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The Over-Incarceration of People with Mental Health Issues 

An estimated 80% of prisoners suffer from mental health issues. Our criminal legal system applies a"one size fits all" to a wide range of societal and personal problems, including mental illness. When our communities are in crisis and most in need of empathy and care, we send the police to their houses. When people are at their lowest and are considering taking their own lives, we force them into cop cars. When people are suffering from addiction and homelessness, we put them in jails. To make matters worse, when these people are released from prison, they are often suffering even more. The root cause of their issues has not been addressed, and they are still suffering from a serious illness. Yet we disenfranchise them, deny them access to healthcare benefits, deny them access to employment and housing, and prevent them from re-integrating into society. And even when people suffering from mental health issues are taken to the hospital, the fact that they are driven there by the police often causes them to suffer from more trauma. This issue disproportionately affects marginalized communities and people of color, who often receive even less empathy and more punishment for suffering from a disease that is out of their control. It's time that we focus on treatment and rehabilitation rather than punishment. We would never put someone who has just broken their arm in a police car, so why do we do this for people suffering from a serious illness?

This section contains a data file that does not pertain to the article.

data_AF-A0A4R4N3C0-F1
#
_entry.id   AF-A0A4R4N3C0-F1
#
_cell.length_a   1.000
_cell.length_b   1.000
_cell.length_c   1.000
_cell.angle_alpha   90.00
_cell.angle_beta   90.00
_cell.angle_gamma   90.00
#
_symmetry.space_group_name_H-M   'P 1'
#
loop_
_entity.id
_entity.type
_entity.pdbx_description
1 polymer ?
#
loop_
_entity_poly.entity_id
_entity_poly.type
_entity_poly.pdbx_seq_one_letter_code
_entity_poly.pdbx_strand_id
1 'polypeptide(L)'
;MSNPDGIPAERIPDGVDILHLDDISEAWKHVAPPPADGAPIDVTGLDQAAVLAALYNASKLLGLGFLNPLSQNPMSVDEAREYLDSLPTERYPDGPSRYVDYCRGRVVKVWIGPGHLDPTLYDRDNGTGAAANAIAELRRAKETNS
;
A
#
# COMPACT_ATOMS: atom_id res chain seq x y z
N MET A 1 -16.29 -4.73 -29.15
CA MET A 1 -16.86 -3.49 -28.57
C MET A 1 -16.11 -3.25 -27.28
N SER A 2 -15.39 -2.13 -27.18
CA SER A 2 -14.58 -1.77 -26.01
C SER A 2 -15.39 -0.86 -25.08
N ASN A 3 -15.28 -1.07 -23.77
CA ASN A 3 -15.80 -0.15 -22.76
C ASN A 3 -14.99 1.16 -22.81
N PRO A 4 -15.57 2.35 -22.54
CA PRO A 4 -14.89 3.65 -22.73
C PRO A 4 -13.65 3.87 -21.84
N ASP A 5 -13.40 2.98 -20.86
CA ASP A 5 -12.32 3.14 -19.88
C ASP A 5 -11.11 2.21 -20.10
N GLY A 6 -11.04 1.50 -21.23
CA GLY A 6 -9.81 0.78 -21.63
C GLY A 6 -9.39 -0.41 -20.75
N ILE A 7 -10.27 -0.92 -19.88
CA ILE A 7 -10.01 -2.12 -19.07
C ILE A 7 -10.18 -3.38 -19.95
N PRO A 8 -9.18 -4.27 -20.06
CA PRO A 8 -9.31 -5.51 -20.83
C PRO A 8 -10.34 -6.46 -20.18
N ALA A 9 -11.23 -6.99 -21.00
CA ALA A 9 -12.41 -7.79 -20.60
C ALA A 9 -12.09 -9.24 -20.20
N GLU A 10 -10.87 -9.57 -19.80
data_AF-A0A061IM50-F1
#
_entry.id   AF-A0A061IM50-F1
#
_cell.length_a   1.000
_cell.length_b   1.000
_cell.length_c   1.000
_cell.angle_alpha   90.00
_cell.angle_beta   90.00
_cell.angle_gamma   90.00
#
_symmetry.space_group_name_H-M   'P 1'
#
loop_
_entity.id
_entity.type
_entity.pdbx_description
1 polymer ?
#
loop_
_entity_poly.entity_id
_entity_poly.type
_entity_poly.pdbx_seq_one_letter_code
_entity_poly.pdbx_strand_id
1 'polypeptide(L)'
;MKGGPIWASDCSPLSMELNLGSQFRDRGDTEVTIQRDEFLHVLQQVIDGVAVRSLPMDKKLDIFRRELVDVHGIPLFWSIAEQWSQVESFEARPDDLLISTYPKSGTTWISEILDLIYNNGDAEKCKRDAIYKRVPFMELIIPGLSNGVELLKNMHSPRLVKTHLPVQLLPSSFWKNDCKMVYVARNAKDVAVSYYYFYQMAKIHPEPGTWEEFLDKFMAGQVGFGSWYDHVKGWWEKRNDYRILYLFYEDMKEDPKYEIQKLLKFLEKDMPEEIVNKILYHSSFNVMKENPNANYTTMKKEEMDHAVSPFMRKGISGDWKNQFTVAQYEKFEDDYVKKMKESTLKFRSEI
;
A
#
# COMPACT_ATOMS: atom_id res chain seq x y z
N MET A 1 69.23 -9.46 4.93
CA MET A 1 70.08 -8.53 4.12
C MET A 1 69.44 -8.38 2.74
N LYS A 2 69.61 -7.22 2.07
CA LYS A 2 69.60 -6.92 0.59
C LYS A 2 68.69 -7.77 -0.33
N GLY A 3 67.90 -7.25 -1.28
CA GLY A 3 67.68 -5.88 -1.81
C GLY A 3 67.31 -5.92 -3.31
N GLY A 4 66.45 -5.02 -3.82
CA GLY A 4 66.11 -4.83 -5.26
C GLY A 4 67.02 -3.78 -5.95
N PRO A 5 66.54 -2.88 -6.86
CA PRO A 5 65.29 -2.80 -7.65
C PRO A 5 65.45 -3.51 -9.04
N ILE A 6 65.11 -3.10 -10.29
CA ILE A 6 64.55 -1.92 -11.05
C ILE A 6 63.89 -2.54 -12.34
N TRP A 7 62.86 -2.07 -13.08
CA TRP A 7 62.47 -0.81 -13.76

Case Study: Saraya Rees

Saraya was a 14-year-old child on anti-depressants as a result of severe bullying at school. When her pediatrician abruptly took her off medication, she developed psychosis. She poured a small amount of gasoline in front of her parents' bedroom door one night. She never attempted to light the gas. The Rees family called Coos Health and Wellness expecting a crisis counselor to help, but instead police came and decided to sentence Saray to a to 11 years in the Oregon Youth Authority. She will be eligible for parole on her 25th birthday. Saraya's story is an example of the way our system penalizes people with mental illness rather than focusing on treatment. Get justice for Saraya by clicking on this text box to navigate to ways you can help. 


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